by Steven Ertelt
June 26, 2006
Pierre, SD (LifeNews.com) — The two major political parties in South Dakota are divided on a November ballot initiative sponsored by abortion advocates asking state voters to overturn a state abortion ban. The ban prohibits abortions in all cases with the exception of extremely rare circumstances when its necessary to save the life of the mother.
At their state convention on Saturday, Democrats decided that voting on the abortion ban is a matter of individual conscience and that members of the party should make up their own mind on the initiative.
Rep. Dale Hargens of Miller, the House Democratic leader, said party members shouldn’t be told how to vote.
"We encourage you to vote your conscience," he told the Associated Press. "We’re not telling you how to vote."
The decision reflects a split in the party, which is less pro-abortion in South Dakota than in other states. When the state legislature signed off on the measure earlier this year, some Democrats supported the bill while others opposed it.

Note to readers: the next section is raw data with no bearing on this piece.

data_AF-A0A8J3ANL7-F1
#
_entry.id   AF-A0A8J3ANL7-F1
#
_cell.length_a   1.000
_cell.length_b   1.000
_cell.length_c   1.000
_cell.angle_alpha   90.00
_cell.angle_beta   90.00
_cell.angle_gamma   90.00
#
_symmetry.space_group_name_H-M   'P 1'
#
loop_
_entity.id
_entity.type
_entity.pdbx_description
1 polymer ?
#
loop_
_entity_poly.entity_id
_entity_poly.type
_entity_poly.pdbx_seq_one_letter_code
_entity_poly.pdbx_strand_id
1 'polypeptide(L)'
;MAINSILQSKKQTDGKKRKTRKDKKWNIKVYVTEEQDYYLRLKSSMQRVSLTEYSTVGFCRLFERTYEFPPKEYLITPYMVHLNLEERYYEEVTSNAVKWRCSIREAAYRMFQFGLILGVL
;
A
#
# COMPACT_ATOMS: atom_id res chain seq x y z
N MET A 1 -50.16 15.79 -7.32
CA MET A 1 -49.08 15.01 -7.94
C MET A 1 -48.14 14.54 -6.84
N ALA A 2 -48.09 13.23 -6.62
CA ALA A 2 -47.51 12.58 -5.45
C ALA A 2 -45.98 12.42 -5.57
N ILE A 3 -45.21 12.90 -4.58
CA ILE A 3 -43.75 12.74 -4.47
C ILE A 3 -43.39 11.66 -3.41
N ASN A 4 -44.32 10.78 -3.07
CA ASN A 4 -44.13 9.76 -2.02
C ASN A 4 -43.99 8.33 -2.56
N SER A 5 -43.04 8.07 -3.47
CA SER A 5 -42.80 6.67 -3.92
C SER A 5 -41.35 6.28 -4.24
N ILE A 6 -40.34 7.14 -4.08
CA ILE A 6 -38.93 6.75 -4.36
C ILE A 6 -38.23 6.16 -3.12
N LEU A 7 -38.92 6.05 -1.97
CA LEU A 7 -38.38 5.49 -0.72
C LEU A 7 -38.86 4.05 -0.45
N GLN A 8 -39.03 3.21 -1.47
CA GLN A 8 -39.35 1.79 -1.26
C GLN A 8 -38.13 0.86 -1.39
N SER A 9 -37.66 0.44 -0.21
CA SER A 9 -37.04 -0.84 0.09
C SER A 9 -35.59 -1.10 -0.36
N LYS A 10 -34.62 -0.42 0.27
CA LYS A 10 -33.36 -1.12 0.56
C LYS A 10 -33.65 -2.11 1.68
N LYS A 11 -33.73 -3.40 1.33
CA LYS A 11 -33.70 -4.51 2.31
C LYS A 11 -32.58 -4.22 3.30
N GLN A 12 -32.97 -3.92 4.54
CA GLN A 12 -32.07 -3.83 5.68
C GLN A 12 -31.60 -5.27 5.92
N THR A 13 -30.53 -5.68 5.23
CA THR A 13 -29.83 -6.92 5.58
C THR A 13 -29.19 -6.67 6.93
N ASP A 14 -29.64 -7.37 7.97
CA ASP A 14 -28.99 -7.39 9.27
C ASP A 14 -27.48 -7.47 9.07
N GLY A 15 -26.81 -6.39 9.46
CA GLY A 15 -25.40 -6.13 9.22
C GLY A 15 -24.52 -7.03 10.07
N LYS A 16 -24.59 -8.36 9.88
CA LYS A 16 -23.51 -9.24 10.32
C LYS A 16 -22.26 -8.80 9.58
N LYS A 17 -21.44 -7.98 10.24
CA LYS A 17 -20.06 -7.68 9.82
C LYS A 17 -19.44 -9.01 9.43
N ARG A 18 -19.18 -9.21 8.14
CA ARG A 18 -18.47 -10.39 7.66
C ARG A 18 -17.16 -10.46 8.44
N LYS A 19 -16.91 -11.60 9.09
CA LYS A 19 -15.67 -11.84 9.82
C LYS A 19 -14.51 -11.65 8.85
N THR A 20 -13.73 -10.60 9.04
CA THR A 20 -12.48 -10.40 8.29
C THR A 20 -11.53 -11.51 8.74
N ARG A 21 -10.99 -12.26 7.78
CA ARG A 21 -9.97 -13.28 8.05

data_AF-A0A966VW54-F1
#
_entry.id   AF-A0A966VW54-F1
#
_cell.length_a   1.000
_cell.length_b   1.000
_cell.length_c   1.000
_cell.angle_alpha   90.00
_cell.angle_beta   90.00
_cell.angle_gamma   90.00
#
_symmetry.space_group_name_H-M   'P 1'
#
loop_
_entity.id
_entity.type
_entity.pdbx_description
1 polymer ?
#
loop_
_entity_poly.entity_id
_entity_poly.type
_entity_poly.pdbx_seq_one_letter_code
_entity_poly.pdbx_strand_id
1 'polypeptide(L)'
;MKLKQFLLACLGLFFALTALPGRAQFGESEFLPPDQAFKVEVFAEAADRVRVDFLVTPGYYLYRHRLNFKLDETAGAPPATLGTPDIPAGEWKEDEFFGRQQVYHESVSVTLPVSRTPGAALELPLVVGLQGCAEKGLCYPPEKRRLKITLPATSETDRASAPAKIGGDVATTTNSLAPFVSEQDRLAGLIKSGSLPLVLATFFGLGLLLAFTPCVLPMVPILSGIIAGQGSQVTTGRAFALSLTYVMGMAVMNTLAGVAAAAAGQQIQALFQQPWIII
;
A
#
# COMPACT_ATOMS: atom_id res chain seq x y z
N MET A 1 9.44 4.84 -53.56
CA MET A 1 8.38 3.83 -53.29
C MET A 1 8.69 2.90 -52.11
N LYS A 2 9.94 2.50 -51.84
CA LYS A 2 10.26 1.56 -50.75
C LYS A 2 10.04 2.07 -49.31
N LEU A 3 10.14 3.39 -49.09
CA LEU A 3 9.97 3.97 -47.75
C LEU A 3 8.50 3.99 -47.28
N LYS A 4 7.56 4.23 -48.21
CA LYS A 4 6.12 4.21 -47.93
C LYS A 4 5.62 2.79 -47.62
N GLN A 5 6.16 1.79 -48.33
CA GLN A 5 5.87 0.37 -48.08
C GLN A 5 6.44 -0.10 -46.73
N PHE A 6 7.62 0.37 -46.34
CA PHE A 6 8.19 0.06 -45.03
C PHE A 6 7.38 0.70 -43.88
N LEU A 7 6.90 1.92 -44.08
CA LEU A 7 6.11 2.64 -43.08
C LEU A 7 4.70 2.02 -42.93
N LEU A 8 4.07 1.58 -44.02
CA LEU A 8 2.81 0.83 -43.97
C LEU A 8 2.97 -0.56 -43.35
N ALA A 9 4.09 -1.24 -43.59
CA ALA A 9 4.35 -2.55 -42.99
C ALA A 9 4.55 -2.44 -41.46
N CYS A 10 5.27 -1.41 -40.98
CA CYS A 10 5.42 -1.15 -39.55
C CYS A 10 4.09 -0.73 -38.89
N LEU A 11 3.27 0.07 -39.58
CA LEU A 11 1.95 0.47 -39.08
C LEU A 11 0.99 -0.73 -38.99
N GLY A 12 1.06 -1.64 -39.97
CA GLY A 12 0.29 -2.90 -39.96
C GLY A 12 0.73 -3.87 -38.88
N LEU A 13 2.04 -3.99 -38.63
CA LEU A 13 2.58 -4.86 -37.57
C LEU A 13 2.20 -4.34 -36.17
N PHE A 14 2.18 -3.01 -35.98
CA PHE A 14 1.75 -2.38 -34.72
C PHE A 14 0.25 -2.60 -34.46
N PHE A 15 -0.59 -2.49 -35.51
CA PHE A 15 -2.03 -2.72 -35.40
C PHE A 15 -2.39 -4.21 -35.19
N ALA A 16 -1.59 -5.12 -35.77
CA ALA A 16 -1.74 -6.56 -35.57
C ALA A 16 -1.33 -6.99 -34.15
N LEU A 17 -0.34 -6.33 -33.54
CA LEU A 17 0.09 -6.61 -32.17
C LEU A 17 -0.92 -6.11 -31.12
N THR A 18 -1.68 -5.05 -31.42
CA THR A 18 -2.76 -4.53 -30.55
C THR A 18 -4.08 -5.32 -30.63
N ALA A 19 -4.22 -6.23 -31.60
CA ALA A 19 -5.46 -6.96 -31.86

A Democrat was one of the lead sponsors of the bill in the House but some Democratic state lawmakers have helped the collection of pro-abortion groups that pressed to take the ban to the voters.
"There is no consensus in our party on this issue," Dave Mitchell, a Democratic delegate from Davison County, told AP. "We’re divided right down the middle."
The non-position on the ballot proposal contrasts with the state Republican party. Members of the GOP, at their convention the day before, endorsed the abortion ban and called on state voters to support it at the polls.
Republicans also defeated a proposal saying that members of both parties may have problems with the language of the ban, which prohibits abortions in cases of rape or incest.
Supporters of the abortion ban hope voters will back it and that it will eventually be used to topple the Roe v. Wade Supreme Court decision that allowed virtually all abortions.
Should voters uphold the abortion ban, Planned Parenthood, which runs the only abortion business in the state and led the signature-gathering effort, could still take the measure to court and prevent its enforcement.
Abortion advocates needed 17,000 signatures to qualify for the November ballot and they turned in more than 30,000 to Secretary of State Chris Nelson.
Governor Mike Rounds, a pro-life Republican, signed the ban in March and it was slated to take effect on July 1, but that will be postponed until South Dakota voters weigh in.
The Senate voted 23-12 and the House of Representatives 50-18 for the ban.